I don’t know. I guess, you know, a hundred years ago everybody knew how to milk cows—well, 40 percent of the population knew how to milk a cow. And now, you know, the percentage of people who know how to milk a cow is pretty small and there are robots doing it. And somehow all of those people managed to get employed in something else, and now they’re UX/UI engineers, or they’re bloggers or they’re data scientists. Somehow all those people stopped milking cows and they started doing something at a higher-level in Maslow’s hierarchy.
There’s two potential problems with that though. One is if the disruption comes too quickly to be absorbed without social instability. Or, the second problem is in the past we always found things to do because there were things we could do better than machines could do. But, what if there’s nothing we can do better than a machine can do? Or are there things only people can do.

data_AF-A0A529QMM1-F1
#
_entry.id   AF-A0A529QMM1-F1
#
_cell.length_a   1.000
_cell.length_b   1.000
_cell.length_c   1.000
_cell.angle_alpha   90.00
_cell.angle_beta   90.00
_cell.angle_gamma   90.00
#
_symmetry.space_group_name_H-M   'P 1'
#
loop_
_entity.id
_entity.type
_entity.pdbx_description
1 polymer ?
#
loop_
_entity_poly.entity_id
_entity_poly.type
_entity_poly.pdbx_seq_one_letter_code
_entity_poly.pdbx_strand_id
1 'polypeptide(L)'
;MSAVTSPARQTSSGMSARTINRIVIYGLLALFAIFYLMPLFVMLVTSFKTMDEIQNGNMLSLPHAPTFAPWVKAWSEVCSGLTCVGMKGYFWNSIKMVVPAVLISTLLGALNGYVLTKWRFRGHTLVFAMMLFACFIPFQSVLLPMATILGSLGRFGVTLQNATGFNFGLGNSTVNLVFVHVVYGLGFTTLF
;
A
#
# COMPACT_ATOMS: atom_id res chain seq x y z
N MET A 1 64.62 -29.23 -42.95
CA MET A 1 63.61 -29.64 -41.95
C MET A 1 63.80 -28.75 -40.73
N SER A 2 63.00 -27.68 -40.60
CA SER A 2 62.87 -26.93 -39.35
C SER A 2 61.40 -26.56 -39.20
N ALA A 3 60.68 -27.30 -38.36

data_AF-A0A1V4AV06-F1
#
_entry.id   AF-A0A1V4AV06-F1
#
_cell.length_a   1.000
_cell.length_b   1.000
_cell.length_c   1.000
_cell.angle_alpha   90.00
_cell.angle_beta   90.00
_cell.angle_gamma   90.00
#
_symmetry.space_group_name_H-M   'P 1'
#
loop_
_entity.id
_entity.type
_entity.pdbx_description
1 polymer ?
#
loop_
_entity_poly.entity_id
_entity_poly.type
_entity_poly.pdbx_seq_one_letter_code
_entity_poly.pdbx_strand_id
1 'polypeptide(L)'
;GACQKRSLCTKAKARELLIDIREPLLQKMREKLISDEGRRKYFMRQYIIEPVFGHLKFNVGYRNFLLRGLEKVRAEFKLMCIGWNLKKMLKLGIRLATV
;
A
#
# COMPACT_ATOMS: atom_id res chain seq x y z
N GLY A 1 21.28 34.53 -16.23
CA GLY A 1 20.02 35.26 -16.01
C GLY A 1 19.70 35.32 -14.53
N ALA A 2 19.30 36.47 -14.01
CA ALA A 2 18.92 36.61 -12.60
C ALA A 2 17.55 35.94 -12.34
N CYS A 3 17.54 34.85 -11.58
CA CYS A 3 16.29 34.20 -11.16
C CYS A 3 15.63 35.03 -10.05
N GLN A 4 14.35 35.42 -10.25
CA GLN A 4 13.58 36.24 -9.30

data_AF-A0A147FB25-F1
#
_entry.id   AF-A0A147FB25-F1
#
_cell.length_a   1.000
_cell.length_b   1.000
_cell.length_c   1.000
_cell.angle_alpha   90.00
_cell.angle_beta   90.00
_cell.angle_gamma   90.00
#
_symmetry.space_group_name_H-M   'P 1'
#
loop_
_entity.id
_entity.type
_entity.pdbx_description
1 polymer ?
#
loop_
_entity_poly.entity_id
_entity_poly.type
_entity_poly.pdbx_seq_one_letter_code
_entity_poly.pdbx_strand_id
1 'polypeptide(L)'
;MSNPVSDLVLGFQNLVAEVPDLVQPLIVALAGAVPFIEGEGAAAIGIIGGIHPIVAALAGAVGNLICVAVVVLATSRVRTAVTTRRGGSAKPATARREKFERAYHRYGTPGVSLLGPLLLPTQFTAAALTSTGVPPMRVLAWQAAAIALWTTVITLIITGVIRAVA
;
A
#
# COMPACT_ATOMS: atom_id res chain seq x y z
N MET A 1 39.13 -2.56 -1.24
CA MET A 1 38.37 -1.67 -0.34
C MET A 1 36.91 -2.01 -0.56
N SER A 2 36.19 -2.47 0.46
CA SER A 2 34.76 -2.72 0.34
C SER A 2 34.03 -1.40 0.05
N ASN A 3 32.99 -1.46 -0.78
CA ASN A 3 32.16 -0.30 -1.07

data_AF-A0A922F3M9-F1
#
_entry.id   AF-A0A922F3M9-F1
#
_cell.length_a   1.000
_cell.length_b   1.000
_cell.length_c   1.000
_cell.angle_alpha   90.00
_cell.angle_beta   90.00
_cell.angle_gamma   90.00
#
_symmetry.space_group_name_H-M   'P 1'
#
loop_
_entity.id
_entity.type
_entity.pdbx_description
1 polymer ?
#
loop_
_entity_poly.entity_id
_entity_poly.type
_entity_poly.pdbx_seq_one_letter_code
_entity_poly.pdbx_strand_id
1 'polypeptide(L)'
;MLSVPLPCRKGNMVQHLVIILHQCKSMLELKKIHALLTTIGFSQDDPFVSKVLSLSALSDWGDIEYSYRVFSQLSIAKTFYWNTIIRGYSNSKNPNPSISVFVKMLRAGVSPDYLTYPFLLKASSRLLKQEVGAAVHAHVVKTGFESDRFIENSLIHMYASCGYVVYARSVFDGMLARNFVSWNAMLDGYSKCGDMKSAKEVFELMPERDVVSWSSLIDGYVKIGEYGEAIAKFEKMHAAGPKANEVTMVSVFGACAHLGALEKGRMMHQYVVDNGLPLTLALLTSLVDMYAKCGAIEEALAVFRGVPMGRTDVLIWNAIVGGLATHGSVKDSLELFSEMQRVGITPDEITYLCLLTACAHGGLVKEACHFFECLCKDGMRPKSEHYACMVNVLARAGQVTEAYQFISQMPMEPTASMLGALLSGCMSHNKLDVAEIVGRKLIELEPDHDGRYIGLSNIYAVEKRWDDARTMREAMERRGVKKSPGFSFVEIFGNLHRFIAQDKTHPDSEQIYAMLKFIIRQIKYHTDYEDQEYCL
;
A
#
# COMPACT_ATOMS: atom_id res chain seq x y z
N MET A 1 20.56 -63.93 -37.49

You’ve wandered out of my area of expertise. Although, on the ‘happened too quickly’ front, as we’re seeing in Austin this week, the status quo can slow things down like the Uber-Lyft slow-down initiative here in Austin. We like taxis here in Austin rather than Uber and Lift apparently because they’re safer.
What are you working on? Enough about the big issues, how do you spend your days?
I spend my days on the big issues, and the big issue is innovation as a driver of freedom and prosperity; and the tool of innovation that I’ve settled on perfecting and promoting and professing is startups. Startups as vehicles—as innovation vehicles—and mostly coming out of research universities. So most of what I do is focused on that view of the world.
Why did you choose startups as the mechanism of innovation?